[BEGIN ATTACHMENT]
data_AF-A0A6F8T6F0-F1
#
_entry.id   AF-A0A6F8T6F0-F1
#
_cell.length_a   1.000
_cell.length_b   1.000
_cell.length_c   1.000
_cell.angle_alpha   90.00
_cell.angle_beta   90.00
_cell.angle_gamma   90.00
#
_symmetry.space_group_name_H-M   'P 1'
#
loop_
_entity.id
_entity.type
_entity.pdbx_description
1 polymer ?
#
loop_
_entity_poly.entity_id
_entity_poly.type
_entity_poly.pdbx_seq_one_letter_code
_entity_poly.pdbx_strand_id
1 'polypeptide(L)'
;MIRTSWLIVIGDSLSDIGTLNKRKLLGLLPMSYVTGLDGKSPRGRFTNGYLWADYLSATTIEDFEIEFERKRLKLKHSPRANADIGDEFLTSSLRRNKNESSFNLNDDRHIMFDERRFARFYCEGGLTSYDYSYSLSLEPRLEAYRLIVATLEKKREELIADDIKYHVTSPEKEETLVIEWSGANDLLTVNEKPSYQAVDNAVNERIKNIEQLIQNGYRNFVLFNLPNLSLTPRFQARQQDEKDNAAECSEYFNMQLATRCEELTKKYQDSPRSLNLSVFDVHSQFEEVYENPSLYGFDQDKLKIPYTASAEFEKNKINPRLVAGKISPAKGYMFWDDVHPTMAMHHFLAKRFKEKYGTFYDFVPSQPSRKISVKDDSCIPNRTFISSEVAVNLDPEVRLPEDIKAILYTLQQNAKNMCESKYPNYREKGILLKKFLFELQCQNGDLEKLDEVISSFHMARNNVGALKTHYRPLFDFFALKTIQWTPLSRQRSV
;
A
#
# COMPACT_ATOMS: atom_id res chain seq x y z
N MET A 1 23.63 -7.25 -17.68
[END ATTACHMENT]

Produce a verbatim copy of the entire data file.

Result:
data_AF-A0A6F8T6F0-F1
#
_entry.id   AF-A0A6F8T6F0-F1
#
_cell.length_a   1.000
_cell.length_b   1.000
_cell.length_c   1.000
_cell.angle_alpha   90.00
_cell.angle_beta   90.00
_cell.angle_gamma   90.00
#
_symmetry.space_group_name_H-M   'P 1'
#
loop_
_entity.id
_entity.type
_entity.pdbx_description
1 polymer ?
#
loop_
_entity_poly.entity_id
_entity_poly.type
_entity_poly.pdbx_seq_one_letter_code
_entity_poly.pdbx_strand_id
1 'polypeptide(L)'
;MIRTSWLIVIGDSLSDIGTLNKRKLLGLLPMSYVTGLDGKSPRGRFTNGYLWADYLSATTIEDFEIEFERKRLKLKHSPRANADIGDEFLTSSLRRNKNESSFNLNDDRHIMFDERRFARFYCEGGLTSYDYSYSLSLEPRLEAYRLIVATLEKKREELIADDIKYHVTSPEKEETLVIEWSGANDLLTVNEKPSYQAVDNAVNERIKNIEQLIQNGYRNFVLFNLPNLSLTPRFQARQQDEKDNAAECSEYFNMQLATRCEELTKKYQDSPRSLNLSVFDVHSQFEEVYENPSLYGFDQDKLKIPYTASAEFEKNKINPRLVAGKISPAKGYMFWDDVHPTMAMHHFLAKRFKEKYGTFYDFVPSQPSRKISVKDDSCIPNRTFISSEVAVNLDPEVRLPEDIKAILYTLQQNAKNMCESKYPNYREKGILLKKFLFELQCQNGDLEKLDEVISSFHMARNNVGALKTHYRPLFDFFALKTIQWTPLSRQRSV
;
A
#
# COMPACT_ATOMS: atom_id res chain seq x y z
N MET A 1 23.63 -7.25 -17.68